There was a time when seeing Stephen Lynch in concert was a lot like seeing a live performance of his albums. Things have changed.
There was a time when seeing Stephen Lynch in concert was a lot like seeing a live performance of his albums. I've seen him in some skeezy bars where the regulars were a lot more interested in a $10 bucket of Bud's than some pretty boy singer who mentions butt sex every third song. Not that they have anything against butt sex, but they don't need a pretty boy bragging he gets it more than they do.
Things have changed.
I really wasn't sure what to make of the audience there to see him at Horseshoe Casino on Friday night. Luckily, I brought a professional sociologist along for the show. She looked vastly out of place. I missed the memo stating women over size 14 were required to wear pretty, flirty dresses. Women under a size 8 had to don skintight skinny jeans and something with rhinestones. Everyone else made due with a t-shirt and a look of dejection.
I'd been warned the Casino is an All-Smoking environment, but I didn't realize that meant every bathroom stall came equipped with both ashtrays and plaques pleading that people please not use the trash as a "sharps container" and instead dispose of needles in the biohazard boxes next to the paper towels. It's an incredibly accomodating atmosphere for anyone who can't make it all the way to their car to shoot up and smoke between rounds of gambling. As someone who has never attended a concert in a casino outside Las Vegas, I must say the bathrooms alone made this experience extra special.
Lynch had the same buddies (Rod Teich and David Josefsberg) on stage with him from the last time I saw him live - but in between that show and this one, he was the lead in "The Wedding Singer" on Broadway. It shows. This time, instead of a guy with a guitar and a couple buddies it was an hour and a half long well choreographed stage act with video insets. They maintained the polite fiction that every bit of banter was a surprise (I'd seen some of the banter on YouTube, but that's okay because pirates deserve spoilers, right?) Instead of feeling like a concert, it surprisingly felt like musical theater.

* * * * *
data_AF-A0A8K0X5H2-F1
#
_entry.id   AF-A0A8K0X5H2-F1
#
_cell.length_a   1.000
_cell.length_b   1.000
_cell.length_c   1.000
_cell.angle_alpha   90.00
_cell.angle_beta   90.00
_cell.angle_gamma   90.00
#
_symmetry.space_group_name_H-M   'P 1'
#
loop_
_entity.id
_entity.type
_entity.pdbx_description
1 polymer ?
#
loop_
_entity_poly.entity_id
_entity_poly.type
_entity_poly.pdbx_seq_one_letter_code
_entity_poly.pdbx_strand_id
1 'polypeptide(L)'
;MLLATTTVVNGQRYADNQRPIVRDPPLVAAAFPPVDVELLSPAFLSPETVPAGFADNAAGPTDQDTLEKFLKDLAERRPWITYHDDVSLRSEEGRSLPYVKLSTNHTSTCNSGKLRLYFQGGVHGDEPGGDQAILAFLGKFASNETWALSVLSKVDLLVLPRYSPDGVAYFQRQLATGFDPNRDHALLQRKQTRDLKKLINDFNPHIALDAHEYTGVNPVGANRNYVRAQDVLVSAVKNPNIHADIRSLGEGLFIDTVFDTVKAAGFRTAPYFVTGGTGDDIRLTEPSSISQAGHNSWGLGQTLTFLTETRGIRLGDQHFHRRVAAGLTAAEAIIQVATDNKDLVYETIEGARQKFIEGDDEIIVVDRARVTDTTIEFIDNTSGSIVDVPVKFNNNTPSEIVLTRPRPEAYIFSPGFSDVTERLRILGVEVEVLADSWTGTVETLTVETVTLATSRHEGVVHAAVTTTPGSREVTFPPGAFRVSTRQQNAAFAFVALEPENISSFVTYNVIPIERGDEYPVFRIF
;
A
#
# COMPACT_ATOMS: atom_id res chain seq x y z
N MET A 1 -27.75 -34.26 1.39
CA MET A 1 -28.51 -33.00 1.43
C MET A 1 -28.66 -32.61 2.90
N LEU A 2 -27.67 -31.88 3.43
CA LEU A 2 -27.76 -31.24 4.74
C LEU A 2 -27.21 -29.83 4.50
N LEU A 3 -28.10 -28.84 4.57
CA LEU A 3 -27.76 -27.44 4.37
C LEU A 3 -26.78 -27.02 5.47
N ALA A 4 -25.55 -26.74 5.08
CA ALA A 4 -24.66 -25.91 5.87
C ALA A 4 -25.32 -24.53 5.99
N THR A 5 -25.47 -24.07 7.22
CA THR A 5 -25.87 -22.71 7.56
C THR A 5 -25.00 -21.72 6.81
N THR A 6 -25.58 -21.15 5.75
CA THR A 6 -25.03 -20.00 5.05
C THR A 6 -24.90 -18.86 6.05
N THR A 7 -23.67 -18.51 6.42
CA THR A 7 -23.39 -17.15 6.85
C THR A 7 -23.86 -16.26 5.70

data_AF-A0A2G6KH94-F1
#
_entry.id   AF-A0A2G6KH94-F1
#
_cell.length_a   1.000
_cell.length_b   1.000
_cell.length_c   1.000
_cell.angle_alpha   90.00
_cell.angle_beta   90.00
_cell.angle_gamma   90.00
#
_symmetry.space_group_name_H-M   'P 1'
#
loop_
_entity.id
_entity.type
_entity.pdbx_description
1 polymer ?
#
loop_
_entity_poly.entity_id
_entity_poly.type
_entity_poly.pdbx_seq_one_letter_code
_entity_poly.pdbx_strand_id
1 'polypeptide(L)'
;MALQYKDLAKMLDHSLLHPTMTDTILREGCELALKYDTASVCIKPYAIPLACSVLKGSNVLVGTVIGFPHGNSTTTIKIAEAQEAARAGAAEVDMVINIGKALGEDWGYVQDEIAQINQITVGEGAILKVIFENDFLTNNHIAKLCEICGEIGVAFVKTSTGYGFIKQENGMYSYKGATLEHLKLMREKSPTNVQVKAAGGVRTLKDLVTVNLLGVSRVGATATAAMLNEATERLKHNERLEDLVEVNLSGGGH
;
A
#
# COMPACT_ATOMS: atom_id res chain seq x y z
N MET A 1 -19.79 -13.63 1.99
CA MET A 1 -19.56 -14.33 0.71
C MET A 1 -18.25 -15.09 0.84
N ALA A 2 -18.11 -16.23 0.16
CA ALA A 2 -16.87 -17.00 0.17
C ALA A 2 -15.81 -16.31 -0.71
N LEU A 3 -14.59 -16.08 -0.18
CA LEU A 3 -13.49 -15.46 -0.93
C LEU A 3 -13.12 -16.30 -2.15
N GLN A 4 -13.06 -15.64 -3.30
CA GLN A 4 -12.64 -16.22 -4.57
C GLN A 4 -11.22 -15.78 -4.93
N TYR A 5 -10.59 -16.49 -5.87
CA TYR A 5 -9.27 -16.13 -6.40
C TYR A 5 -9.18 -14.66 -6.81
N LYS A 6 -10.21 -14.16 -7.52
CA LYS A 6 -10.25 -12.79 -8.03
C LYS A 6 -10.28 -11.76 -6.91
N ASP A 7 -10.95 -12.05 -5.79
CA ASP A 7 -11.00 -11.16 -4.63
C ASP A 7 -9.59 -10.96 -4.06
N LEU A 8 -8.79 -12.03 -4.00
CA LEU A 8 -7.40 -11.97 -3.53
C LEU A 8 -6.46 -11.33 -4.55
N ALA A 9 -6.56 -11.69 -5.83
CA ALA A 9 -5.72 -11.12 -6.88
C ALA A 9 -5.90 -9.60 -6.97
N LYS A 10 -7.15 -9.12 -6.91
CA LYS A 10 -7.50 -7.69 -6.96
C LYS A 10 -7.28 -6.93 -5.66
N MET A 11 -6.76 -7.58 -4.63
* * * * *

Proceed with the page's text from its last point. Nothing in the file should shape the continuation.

I heartily approve. If you want to hear the same song over and again, put your iPod on repeat. The best concerts give you more a unique experience. In this case, that meant as much banter as music. "She's Got A Smile" lasted over 10 minutes as he and Teich meandered between conversation and singing. They kept up the illusion of three guys who just so happened to be hanging out so well that some of the drunks in the audience wanted to hang out too. A cheerful cougar draped over the second floor balcony couldn't stop waving for attention and trying to distract them. Eventually, Lynch politely looked up and said, "What...I'm sorry. Are you just talking to me? You realize I'm not a television, Right?" He can be delightfully polite for someone who sings about killing his grandfather for the inheritance money and transporting a cornucopia of drugs in his derrière. However, there aren't enough asterisk ampersands and exclamation marks to even pretend I can reprint his later response to the unsilenceable cougar - though it got the biggest round of applause from the crowd all night.
I can't help but wonder how much performing in a casino influenced his playlist. Normally, he tucks in some of his more socially concious songs, such as his ode to Jim Henson or "America." This time, it was a butt sex-stravaganza with bits of delightfully politically incorrect "Dear Diary" entries sprinkled in. He played another Horseshoe Casino the next night. I'd love to see his playlist for other casinos versus more traditional concert settings. Of course, I took a sociologist, who was happy to point out that whatever he was doing worked brilliantly, because the crowd absolutely loved him. Mind you, she also wanted me to take photos of the bathroom stalls.
If you're a fan of Stephen Lynch, try to catch him on tour. It really is a different experience from listening to his albums. If you can't make it to a show, you still have a treat in store - he has a new Comedy Central Stand Up coming out this fall.